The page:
Photos from our boat trip along the canals in the Marais. As posted in an earlier post (the one with the storks video): according to Wikipedia it covers about 970 square km , and according to our guide there are about 6000km of man-made drainage canals, as well as some natural ones. This work was started during the reign of Henri IV (1553 - 1610), who called in the Dutch experts, (just as the English did with the Norfolk fens in the early 17th century). We saw a lot of wild hops and teasels, there was also a lot of willow, ash, birch, alder and hazel. In the old days, according to our guide, they used to transport cattle from field to field on flat-bottomed "barges". I saw a night heron perched in some bushes, and a quick glimpse of a kingfisher. You can pre-book dawn or dusk boat trips which would probably be much more fruitful in terms of wildlife spotting. Introduced animals include the coypu - we saw their holes in a bank, but not any out and about.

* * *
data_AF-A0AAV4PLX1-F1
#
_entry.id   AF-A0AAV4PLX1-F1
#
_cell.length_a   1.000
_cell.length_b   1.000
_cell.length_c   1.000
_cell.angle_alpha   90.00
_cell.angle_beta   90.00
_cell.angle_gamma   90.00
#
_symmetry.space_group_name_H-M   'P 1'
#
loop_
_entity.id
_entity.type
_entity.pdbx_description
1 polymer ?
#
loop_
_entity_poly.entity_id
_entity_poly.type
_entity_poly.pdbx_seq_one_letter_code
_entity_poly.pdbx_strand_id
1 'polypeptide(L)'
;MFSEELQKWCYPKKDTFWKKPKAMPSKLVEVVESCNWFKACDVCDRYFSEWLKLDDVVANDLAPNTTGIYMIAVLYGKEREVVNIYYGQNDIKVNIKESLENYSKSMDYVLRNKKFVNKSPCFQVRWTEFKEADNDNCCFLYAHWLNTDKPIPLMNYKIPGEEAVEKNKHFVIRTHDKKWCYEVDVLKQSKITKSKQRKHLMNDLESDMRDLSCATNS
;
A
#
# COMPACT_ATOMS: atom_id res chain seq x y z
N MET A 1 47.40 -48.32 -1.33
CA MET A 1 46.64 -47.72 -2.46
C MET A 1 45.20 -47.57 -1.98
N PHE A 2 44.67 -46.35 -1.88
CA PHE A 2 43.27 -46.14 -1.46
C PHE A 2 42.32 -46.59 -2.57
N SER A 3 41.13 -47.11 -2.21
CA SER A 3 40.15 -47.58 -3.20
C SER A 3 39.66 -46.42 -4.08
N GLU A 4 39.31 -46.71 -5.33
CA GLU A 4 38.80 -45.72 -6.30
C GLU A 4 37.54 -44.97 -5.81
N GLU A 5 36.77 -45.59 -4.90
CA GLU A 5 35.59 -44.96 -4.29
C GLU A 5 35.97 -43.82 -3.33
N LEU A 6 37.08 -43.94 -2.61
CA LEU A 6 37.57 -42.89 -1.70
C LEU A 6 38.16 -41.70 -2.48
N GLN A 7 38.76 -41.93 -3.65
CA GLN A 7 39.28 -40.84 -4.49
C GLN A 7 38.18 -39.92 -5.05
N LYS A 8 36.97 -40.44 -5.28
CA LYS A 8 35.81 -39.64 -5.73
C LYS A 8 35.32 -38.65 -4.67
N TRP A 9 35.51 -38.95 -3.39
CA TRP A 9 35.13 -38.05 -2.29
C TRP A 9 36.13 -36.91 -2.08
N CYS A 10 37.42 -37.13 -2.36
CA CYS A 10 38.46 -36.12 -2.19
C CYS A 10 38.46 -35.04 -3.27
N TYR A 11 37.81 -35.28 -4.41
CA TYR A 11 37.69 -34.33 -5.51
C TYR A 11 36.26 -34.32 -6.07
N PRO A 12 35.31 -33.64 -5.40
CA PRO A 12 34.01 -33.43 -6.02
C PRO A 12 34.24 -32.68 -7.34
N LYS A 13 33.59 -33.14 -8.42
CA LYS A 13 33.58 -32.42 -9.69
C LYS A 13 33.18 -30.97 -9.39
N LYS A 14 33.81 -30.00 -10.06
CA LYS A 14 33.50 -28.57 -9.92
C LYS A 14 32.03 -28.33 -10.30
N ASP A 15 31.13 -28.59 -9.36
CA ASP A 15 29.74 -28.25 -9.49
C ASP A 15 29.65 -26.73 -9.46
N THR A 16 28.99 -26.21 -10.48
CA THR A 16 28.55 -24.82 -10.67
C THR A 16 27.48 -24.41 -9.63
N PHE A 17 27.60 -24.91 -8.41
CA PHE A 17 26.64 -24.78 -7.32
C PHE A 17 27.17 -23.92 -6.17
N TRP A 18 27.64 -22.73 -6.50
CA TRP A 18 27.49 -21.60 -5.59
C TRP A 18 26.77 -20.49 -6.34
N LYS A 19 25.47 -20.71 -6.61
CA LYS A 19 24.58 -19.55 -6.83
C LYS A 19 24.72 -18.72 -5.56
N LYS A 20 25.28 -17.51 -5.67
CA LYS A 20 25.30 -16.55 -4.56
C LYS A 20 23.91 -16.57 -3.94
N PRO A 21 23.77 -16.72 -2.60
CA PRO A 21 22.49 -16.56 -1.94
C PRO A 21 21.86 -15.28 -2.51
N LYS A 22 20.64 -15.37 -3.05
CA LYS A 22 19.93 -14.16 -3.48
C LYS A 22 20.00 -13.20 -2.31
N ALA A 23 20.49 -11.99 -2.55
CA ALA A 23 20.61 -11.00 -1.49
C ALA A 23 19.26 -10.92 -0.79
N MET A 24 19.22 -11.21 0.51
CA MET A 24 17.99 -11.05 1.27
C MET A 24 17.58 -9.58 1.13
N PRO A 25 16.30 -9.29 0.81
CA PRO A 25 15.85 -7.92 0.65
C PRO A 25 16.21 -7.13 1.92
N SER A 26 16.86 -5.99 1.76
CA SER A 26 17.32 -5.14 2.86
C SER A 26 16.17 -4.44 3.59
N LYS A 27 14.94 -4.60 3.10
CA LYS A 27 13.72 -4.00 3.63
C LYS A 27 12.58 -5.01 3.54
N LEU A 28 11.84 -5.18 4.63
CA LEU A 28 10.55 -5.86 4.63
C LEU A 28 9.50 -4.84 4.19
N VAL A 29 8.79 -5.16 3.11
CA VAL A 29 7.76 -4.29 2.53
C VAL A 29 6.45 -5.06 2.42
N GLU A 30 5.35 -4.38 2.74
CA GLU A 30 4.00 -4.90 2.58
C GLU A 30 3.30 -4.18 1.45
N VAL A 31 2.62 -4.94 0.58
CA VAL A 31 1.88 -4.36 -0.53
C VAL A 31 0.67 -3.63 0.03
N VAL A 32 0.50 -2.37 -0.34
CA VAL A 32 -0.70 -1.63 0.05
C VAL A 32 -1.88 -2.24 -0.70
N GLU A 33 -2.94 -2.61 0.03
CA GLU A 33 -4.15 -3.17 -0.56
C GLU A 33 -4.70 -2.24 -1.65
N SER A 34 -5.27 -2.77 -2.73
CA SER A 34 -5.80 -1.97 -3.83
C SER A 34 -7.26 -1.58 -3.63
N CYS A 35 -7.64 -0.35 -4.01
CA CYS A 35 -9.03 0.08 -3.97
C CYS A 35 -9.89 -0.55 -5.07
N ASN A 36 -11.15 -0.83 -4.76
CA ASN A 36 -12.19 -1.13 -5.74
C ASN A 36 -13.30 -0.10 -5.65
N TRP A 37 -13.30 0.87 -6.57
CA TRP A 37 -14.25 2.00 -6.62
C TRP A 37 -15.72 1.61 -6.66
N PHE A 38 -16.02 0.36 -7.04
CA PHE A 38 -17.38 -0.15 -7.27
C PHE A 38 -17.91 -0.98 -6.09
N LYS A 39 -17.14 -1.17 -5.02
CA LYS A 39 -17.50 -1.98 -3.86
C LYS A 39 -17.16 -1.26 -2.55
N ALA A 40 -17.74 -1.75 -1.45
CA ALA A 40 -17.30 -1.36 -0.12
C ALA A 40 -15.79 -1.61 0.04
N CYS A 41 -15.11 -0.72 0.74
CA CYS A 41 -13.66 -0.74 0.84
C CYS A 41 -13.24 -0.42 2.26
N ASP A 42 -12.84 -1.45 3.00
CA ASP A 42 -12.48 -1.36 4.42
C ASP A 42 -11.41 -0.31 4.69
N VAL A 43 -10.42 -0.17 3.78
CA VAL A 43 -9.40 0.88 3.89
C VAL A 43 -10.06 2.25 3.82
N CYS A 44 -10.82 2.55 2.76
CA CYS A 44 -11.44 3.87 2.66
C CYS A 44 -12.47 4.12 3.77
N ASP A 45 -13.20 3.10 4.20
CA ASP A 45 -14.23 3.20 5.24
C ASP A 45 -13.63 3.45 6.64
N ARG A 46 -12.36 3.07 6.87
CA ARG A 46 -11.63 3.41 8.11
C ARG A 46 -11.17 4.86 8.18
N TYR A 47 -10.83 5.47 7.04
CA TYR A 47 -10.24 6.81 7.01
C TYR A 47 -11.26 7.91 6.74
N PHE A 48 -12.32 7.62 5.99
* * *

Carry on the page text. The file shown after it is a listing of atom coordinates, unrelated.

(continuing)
The tiles on the roof of this little hut are typical of the region. They're made from local clay - at intervals along some of the canals you could see excavated areas at the edge where the clay had been quarried. Our guide could remember either his grandfather or father (I should have made a note, as at this stage I can't remember!) working in the clay pits. My recollection is that the guide told us the tiles were called dames (ladies) because originally they were shaped over the thigh, but quick research hasn't yet confirmed this.